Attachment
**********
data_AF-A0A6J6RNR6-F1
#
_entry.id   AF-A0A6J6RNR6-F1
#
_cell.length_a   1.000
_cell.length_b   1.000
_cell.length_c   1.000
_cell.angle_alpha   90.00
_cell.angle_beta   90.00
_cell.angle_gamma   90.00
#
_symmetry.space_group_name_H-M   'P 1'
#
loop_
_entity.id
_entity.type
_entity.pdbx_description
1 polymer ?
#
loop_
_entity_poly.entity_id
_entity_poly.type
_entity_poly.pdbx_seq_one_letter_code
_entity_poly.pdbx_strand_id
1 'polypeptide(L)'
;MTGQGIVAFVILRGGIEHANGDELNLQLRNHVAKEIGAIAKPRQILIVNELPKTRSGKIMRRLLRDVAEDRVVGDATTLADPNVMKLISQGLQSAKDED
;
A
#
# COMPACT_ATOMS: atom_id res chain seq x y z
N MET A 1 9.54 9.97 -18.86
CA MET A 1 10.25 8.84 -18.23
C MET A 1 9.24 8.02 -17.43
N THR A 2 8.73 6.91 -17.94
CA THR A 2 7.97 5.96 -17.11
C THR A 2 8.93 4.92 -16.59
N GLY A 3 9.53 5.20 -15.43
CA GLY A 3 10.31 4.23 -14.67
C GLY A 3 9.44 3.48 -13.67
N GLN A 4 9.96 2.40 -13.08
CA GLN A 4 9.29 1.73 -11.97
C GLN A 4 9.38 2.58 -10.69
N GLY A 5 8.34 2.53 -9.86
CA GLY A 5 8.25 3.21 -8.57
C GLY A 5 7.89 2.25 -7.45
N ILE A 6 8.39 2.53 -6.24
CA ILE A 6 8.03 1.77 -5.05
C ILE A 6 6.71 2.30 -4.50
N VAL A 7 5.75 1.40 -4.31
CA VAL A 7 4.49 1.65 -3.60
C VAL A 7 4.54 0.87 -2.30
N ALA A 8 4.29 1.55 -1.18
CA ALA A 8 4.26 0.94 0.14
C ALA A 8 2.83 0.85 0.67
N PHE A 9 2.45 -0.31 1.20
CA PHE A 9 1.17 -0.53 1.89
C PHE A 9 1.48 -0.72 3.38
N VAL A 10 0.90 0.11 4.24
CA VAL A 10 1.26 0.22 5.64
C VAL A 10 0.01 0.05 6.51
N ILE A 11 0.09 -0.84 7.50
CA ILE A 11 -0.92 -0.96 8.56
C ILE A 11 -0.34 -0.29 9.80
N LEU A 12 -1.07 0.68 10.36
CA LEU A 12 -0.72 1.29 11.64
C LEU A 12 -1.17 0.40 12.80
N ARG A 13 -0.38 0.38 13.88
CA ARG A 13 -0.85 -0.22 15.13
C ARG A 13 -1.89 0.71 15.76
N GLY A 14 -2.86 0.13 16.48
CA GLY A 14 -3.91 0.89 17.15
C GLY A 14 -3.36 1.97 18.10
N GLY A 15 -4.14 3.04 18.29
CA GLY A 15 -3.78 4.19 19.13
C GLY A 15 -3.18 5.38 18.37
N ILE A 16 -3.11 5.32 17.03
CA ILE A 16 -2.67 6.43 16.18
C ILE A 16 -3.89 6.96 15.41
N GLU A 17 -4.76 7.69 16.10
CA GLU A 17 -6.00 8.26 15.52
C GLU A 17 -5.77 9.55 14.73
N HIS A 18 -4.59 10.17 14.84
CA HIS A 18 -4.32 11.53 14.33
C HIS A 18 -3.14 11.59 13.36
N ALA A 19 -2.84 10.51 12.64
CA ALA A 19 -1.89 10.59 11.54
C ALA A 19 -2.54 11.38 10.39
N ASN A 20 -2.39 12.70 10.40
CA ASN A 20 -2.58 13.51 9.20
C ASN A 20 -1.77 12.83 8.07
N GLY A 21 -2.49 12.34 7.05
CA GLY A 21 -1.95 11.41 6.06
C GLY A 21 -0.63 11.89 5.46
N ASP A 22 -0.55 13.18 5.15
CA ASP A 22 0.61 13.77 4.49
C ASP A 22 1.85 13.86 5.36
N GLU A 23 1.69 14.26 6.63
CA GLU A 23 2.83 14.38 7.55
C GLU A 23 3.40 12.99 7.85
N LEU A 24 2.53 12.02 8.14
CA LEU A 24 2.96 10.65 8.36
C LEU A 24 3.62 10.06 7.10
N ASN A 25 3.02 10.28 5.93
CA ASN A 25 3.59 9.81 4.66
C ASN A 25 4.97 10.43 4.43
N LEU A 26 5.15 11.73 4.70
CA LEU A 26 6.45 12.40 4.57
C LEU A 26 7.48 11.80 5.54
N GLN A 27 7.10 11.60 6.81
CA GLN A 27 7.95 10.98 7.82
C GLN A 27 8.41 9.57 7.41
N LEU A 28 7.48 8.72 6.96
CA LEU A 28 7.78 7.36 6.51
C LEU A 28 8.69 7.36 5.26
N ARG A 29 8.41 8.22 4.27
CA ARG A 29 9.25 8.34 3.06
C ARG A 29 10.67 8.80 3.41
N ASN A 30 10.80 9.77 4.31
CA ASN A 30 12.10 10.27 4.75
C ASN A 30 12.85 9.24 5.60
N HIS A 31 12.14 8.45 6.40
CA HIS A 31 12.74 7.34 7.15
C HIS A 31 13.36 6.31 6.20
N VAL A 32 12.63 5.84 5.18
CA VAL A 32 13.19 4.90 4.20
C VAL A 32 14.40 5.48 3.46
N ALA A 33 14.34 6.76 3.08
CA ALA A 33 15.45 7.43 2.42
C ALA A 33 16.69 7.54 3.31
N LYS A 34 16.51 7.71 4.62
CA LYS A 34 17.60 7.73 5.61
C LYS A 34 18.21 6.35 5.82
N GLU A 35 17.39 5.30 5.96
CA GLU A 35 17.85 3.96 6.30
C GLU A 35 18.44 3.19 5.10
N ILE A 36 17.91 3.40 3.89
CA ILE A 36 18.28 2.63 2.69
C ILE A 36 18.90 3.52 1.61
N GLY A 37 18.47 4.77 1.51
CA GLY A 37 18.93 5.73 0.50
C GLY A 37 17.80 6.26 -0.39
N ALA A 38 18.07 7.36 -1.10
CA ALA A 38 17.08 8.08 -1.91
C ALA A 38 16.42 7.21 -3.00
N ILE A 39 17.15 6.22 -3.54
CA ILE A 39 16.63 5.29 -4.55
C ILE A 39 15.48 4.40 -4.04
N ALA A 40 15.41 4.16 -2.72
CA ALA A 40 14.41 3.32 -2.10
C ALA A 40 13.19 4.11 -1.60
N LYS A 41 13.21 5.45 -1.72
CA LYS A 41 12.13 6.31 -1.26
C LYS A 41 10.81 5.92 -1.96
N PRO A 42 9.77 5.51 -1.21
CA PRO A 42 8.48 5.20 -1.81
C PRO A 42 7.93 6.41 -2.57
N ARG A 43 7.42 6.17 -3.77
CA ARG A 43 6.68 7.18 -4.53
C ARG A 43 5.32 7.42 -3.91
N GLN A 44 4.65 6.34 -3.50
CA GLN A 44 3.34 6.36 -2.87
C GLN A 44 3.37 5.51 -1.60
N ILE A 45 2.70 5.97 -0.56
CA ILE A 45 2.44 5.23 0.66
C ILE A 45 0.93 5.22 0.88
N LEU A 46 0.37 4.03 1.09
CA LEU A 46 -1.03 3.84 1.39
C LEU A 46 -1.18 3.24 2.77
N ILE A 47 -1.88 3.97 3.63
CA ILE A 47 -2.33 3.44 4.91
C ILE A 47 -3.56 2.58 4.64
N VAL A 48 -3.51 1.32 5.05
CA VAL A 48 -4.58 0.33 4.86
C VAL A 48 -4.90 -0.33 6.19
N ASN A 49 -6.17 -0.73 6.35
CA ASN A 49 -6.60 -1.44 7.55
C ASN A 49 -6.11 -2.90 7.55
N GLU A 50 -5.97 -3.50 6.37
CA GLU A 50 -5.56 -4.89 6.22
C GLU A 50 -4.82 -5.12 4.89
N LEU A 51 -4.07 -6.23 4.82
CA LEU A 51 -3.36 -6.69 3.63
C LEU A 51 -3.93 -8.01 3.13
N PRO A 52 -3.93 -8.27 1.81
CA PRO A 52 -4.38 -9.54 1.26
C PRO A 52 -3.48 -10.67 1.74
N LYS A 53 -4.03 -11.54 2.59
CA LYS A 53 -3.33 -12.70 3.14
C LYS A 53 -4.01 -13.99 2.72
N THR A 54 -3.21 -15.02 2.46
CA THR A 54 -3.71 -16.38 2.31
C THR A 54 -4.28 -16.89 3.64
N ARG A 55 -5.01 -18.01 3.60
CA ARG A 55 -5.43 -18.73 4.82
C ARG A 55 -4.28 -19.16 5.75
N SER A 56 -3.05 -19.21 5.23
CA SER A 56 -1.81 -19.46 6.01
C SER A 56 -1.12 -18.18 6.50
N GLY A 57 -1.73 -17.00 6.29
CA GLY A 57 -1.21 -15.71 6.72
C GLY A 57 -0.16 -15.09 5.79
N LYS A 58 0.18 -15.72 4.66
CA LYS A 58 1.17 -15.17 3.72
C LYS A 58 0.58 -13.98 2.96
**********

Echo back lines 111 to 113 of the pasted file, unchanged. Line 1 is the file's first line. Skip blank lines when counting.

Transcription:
C GLN A 27 8.41 9.57 7.41
N LEU A 28 7.48 8.72 6.96
CA LEU A 28 7.78 7.36 6.51